Philadelphia, PA (Sports Network) - In the highly-anticipated, and once
canceled, first matchup of the Brooklyn Nets and New York Knicks in Brooklyn,
no one could have left the Barclays Center disappointed.
The Nets won the game, but the energy in the recently-constructed arena was
more reminiscent of a college game than an NBA one.
"It was a great atmosphere," said Tyson Chandler, who had a career-high 28
points and battled Nets' center Brook Lopez damn near to the death.
Chants of "de-fense" could be heard in a crowd split almost 50-50 between
Knicks and Nets fans. There was actually booing, and not for the home team
when they under performed. There was booing of the opposition for the simple
reason they weren't the team you were rooting for.
"Every time some sort of Knick contingency started to cheer, our fans got
louder," said Nets coach Avery Johnson. "It was a nice feeling."
It certainly was.
In sports, rivalries are tried, but few materialize. The problem often stems
from the fact that these rivalries are not organic, rather manufactured and
propped up by the media, desperate for something to remind us all of the days
of Celtics/Lakers, or Wilt/Russell.
The fact is those rivalries haven't existed for a long time. There's no great
reason for that, other than maybe free agency doesn't breed loyalty to a team
by players any longer.
Rivalries can be built from genuine dislike. Michael Jordan's Bulls hated
Isiah Thomas' Piston and the feeling was incredibly mutual.
Nowadays, NBA players compete together since they were kids. Whether it's
basketball academies, or AAU, or college, or even pros who team up for their
country in the Olympics, the NBA has become a friendship league. If you need
proof, remember how the Miami Heat came together, or Chris Paul's toast at
Carmelo Anthony's wedding.
An absence of hatred is not something to be celebrated. It's just that it's
cost us some quality rivalries in basketball.
The Bulls/Pistons animus also had to do with accomplishment. For years, those
Pistons teams beat on the Bulls and eliminated them from the playoffs. Once
the Bulls got over the hump that was Detroit, the rivalry may have ended.
The Miami Heat and Boston Celtics have that vibe going to some degree. Miami
needed to get by the Celts to finally make it, but that back and forth has
more to do with guys like Kevin Garnett and Rajon Rondo annoying Heat players.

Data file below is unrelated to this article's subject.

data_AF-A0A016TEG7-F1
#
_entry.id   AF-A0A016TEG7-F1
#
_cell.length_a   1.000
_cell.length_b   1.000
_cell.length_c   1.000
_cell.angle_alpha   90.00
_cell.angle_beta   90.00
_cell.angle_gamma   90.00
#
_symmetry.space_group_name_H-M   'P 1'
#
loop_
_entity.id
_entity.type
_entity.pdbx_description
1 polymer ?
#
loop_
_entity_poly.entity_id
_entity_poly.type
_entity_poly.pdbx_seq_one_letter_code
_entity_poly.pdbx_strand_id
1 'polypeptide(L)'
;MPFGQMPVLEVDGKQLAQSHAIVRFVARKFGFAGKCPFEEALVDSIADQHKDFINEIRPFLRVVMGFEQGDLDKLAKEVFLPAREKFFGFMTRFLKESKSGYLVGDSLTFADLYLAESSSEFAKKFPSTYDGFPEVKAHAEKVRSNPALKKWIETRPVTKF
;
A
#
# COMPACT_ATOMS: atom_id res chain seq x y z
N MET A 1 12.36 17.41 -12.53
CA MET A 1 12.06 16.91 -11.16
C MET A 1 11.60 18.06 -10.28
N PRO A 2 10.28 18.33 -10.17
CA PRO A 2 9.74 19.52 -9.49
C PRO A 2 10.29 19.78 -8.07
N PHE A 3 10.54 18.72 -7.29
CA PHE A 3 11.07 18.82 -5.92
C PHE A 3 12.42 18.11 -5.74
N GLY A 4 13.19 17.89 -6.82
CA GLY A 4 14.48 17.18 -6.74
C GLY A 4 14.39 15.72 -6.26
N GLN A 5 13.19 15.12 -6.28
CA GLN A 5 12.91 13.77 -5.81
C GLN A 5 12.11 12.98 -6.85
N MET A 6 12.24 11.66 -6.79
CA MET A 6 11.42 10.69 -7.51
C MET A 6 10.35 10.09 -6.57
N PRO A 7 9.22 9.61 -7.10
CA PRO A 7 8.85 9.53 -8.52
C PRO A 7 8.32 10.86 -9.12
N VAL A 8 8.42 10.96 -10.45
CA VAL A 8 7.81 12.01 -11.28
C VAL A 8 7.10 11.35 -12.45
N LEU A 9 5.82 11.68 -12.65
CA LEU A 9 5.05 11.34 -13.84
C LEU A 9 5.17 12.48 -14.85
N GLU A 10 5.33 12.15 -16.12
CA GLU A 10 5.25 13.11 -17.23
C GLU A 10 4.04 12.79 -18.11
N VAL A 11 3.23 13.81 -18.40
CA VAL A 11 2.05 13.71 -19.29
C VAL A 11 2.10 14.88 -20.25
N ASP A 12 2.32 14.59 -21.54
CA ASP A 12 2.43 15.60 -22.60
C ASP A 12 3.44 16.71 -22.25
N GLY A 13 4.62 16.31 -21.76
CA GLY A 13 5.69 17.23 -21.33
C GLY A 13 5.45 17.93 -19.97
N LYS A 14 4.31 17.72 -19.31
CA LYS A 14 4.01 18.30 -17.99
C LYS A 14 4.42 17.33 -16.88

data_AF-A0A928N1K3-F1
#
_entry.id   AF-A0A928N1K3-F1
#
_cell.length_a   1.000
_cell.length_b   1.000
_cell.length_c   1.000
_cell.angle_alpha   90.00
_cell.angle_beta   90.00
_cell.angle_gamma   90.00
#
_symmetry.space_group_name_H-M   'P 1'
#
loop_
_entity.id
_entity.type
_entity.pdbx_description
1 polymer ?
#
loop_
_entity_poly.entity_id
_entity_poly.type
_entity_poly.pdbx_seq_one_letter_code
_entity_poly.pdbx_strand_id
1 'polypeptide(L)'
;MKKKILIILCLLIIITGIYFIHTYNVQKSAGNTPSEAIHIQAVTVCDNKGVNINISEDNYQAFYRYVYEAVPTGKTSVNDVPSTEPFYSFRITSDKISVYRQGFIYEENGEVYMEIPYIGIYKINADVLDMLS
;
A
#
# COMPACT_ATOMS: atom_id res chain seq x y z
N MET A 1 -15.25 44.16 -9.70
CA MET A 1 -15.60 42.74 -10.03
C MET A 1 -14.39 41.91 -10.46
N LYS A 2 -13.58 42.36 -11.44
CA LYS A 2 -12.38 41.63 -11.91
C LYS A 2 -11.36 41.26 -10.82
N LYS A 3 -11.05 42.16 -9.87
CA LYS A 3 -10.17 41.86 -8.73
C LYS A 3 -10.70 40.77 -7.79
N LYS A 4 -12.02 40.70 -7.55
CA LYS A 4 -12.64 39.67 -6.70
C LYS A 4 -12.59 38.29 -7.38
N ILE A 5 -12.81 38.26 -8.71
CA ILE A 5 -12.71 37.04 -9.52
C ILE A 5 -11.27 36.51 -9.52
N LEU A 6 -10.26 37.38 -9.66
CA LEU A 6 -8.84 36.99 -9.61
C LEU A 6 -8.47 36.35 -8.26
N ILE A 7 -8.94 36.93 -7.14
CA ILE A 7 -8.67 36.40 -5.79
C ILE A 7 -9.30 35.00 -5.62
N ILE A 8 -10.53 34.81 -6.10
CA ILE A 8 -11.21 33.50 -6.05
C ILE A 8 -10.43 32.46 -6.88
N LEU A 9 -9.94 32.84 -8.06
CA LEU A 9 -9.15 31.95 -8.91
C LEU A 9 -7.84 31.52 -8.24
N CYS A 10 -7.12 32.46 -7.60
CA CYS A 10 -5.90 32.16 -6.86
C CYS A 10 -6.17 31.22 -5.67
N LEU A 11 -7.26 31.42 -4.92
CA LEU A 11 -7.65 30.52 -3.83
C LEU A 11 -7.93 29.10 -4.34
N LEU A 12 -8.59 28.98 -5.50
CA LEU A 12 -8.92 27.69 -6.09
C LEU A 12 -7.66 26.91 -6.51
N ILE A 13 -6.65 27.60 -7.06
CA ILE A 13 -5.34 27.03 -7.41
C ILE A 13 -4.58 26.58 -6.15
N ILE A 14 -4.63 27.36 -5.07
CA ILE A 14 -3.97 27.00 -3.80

For the Brooklyn, and previous New Jersey, Nets, they are clearly the younger
brother in this scenario. The Knicks have been the establishment in the New
York area for years, but now, the Nets are in Brooklyn.
It helps that the Nets improved as a team in the offseason. Competition breeds
rivalry more than anything and the Nets needed to do something.
General Manager Billy King traded for Deron Williams and banked on being able
to re-sign him. He did, then King brought on Joe Johnson and his burdensome
contract, then tried for Dwight Howard. King tired of waiting so he re-signed
Lopez and Kris Humphries and now they are winning and will only get better
once Williams and Johnson figure out how to play together.
The Knicks, under the guidance of head coach Mike Woodson and Anthony's MVP
run, are the class in the Atlantic Division. That just helps this spirited
affair even more to have big brother still on top. And it doesn't hurt to have
agitators like Rasheed Wallace, J.R. Smith and Chandler in the mix.
And the action on the court Monday night was sensational. Chandler and Lopez
should've just dropped the gloves and it looked like Gerald Wallace would need
oxygen after chasing Anthony around the Barclays Center. All Anthony did was
play 50 minutes in the overtime loss.
The statistics and final outcome are well and good, but the tenacity this game
was played with was spectacular. Nothing can get a crowd in a frenzy quicker
than hard-fought basketball.
But at the heart of this emerging conflict is what makes for such compelling
drama. It's as simple as geography.
Twenty minutes on a subway will get you from where the Knicks play to the
where the Nets play. If you grew up in one of those areas, be it Manhattan or
Brooklyn, you support that team. Actually, Brooklynites may not have had any
option but to support the Knicks until this season.
Two Los Angeles teams are in the NBA, but L.A. people don't care about
neighborhoods the way New Yorkers do.
Florida and Texas both have multiple teams, but they are far away from each
These two NBA teams are separated by 20 minutes, but that always entertaining
ride on public transit spans so many different sub-sects of New York. Nothing
is more personal than where you and your family were raised.
This rivalry still needs time. The Nets have been in Brooklyn for about six
weeks and one game hardly makes a rivalry. What will help is if both teams
continue to sit atop the Atlantic Division standings.
The next bout in this series is in Brooklyn on Dec. 11, but the final two are
in Manhattan. Maybe some Brooklyn fans should try and get into the Garden.
That would stir the pot a little more.
This rivalry combines all of the factors needed for a great battle. The
geography, the talent, the perceived strength of one over the other and even
some disdain. (I'm telling you, Chandler and Lopez were smashing into each
other on the post and round one went to Chandler.)
When you hear naysayers say their piece about the NBA, almost all invariably
say they like the college game better. "There's more hustle," or "the kids
My advice would be for those people to watch the Knicks and Nets from Monday
night. Tell me you couldn't get into that and tell me that budding rivalry
wasn't great theater.
Theater still belongs to Manhattan.
The Sports Network